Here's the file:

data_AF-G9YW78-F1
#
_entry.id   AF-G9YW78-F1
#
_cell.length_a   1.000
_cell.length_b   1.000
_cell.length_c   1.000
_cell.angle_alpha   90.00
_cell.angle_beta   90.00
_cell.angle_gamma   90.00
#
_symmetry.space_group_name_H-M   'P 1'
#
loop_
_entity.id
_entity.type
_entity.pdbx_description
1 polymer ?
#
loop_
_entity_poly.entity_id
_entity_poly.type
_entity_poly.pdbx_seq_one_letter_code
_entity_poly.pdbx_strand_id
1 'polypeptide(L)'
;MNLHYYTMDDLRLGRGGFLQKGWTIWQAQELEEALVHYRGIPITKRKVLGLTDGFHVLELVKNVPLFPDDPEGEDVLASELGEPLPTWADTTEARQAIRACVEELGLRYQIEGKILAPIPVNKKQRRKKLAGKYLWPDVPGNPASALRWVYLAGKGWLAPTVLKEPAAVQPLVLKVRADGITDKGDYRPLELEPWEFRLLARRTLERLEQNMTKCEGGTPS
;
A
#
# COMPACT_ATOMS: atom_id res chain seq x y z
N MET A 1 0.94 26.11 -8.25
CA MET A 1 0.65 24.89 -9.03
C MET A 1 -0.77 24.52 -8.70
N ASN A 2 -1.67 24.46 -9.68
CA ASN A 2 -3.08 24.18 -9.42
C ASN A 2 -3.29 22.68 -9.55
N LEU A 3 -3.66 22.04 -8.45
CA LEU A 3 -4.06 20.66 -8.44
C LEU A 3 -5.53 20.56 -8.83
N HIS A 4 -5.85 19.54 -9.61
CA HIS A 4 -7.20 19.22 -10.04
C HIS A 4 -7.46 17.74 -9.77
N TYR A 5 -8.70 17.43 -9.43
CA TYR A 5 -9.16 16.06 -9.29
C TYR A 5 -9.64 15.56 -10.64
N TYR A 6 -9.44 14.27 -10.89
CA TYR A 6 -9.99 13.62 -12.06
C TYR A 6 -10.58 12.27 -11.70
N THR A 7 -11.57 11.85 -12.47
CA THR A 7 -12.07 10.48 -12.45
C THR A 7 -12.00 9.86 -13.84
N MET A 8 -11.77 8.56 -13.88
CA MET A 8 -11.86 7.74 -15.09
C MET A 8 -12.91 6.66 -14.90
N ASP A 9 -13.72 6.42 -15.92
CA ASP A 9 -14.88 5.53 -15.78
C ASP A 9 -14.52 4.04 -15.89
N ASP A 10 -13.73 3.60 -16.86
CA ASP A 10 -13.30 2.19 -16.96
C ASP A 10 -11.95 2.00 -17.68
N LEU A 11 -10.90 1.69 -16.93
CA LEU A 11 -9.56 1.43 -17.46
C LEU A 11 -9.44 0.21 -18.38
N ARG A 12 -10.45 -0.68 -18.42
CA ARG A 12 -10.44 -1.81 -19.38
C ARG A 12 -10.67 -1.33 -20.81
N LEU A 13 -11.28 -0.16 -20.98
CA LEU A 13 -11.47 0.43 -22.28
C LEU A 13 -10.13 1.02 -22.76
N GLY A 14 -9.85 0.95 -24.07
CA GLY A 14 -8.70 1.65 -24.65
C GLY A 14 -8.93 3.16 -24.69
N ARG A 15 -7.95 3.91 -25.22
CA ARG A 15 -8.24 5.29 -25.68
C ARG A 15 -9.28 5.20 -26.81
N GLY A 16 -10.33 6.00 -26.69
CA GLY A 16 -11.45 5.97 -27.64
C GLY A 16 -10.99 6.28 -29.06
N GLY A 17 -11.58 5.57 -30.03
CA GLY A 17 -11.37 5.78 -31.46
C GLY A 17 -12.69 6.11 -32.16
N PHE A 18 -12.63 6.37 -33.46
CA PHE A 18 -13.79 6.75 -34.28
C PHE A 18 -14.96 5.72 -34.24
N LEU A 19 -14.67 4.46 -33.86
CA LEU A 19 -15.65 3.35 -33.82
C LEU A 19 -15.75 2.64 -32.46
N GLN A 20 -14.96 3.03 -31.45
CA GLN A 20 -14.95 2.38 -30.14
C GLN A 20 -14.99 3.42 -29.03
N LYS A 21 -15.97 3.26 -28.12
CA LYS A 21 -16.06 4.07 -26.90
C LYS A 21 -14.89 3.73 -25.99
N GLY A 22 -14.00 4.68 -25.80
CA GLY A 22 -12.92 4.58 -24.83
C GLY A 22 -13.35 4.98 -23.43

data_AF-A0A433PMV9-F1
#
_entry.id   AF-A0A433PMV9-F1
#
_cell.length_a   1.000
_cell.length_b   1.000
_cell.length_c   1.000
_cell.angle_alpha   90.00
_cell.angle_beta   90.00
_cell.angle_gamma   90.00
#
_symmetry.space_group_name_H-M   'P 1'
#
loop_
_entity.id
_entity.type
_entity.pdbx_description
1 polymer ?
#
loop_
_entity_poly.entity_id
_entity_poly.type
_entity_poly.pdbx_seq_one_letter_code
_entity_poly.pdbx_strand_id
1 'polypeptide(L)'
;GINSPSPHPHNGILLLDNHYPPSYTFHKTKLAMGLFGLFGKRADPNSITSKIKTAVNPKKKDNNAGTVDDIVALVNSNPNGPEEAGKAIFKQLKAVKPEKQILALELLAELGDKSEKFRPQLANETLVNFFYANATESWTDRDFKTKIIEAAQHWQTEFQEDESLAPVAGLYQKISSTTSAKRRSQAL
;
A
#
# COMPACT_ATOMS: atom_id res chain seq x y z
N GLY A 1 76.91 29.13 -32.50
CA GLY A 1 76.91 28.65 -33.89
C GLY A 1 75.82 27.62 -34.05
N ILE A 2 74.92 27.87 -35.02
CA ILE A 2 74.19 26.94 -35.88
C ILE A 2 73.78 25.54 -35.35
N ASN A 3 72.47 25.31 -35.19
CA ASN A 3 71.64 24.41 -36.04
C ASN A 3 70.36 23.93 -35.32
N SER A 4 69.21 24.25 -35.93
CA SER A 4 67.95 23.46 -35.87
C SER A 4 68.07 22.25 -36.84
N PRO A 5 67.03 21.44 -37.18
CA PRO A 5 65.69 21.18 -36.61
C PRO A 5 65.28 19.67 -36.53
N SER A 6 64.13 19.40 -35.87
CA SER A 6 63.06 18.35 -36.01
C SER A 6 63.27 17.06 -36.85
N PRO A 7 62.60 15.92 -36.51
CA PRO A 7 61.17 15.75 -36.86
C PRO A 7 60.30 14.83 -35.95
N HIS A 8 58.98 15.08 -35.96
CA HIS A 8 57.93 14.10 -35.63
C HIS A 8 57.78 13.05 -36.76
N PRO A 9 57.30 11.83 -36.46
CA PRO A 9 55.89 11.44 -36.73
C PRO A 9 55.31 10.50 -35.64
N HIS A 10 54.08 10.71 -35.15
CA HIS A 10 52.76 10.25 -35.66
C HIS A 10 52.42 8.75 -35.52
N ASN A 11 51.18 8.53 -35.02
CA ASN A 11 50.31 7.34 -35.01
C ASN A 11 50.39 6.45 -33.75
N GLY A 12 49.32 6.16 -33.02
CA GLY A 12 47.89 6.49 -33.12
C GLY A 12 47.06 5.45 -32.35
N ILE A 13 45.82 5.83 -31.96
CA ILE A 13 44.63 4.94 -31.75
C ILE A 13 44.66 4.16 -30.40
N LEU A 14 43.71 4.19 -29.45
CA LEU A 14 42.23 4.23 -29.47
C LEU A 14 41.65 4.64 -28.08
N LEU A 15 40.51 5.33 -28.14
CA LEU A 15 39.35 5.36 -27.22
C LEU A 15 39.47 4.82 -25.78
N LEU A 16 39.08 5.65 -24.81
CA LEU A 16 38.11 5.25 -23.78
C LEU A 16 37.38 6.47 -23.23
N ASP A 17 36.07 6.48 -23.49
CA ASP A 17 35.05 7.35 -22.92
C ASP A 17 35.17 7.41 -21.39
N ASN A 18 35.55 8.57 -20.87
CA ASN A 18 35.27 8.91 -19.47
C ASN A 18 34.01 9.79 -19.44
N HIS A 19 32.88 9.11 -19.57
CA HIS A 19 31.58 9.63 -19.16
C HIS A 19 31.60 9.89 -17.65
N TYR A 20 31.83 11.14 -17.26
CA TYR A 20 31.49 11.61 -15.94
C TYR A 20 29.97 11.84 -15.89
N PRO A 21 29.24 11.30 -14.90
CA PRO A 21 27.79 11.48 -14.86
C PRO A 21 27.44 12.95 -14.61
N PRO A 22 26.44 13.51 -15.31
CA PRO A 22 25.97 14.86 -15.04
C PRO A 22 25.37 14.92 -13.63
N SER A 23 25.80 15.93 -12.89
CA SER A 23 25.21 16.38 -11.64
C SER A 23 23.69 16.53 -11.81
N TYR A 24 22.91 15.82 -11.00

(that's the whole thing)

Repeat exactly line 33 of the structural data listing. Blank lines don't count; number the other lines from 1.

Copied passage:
C MET A 1 -0.77 24.52 -8.70